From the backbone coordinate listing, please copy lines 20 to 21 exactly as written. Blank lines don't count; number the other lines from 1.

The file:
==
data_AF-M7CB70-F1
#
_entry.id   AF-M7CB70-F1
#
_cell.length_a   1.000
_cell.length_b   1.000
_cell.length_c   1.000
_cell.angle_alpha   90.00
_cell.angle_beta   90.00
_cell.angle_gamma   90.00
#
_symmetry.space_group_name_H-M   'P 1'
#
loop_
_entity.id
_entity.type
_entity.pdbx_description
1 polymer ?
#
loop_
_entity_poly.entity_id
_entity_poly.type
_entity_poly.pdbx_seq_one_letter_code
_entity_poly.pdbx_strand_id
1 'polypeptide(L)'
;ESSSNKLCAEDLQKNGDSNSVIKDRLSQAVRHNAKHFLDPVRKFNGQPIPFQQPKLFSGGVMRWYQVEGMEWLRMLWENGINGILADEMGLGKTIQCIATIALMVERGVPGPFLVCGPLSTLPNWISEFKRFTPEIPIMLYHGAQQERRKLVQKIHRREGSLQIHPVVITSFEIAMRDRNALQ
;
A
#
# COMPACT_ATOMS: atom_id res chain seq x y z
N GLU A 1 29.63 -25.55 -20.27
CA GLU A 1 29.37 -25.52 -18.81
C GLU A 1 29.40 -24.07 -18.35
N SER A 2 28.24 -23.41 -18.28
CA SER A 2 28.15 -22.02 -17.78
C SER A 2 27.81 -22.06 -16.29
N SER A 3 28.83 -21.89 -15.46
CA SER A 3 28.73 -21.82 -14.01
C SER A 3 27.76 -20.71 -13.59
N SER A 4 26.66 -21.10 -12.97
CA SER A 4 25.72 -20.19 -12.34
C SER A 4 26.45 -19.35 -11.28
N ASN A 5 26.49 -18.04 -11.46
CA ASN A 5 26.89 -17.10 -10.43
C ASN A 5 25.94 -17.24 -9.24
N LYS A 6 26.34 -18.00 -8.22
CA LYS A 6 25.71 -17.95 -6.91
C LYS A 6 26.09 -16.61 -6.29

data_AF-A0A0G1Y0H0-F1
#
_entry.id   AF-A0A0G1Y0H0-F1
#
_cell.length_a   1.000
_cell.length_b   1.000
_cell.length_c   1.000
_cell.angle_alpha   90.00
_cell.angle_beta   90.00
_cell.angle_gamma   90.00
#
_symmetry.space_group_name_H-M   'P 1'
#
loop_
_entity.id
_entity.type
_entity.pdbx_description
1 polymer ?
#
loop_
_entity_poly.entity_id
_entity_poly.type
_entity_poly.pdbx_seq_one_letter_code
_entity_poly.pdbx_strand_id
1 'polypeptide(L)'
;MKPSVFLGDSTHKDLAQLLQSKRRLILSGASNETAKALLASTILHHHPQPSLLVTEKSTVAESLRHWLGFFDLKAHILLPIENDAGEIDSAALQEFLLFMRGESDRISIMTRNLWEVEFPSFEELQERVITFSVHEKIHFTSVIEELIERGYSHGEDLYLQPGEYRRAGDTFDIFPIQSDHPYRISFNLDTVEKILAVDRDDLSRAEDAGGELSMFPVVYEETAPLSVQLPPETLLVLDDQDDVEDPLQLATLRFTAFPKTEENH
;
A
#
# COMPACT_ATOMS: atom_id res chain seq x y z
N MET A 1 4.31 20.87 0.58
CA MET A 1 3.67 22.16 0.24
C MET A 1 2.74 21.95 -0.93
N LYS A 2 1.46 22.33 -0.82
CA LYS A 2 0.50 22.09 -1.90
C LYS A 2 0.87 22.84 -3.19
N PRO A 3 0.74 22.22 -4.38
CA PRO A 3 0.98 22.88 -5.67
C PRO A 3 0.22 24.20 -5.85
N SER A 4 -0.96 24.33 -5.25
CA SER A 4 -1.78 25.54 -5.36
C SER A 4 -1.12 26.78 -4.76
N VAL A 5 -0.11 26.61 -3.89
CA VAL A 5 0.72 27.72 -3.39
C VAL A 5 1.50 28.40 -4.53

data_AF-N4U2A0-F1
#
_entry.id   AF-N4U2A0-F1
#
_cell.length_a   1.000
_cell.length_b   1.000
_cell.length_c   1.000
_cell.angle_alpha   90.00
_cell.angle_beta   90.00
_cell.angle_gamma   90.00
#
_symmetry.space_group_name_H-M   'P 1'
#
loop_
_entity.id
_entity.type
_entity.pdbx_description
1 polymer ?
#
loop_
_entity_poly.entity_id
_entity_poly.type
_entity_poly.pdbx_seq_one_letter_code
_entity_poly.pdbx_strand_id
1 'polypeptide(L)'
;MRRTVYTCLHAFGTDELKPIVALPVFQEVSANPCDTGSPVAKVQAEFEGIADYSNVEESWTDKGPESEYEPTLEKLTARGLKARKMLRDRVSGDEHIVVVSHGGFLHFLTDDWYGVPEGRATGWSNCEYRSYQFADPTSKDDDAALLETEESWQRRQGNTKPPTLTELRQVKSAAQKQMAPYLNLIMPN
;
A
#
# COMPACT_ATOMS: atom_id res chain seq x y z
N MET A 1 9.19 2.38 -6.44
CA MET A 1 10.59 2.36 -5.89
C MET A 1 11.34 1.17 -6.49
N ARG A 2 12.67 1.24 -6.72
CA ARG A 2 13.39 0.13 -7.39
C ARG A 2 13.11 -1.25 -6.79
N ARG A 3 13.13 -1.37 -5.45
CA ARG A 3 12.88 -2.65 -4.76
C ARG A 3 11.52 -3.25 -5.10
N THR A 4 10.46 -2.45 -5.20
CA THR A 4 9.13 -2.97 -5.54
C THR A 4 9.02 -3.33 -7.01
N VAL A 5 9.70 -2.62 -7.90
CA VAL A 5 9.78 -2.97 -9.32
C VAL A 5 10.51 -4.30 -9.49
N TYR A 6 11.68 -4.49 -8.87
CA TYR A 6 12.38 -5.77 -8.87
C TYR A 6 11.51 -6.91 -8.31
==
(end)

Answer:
loop_
_entity_poly.entity_id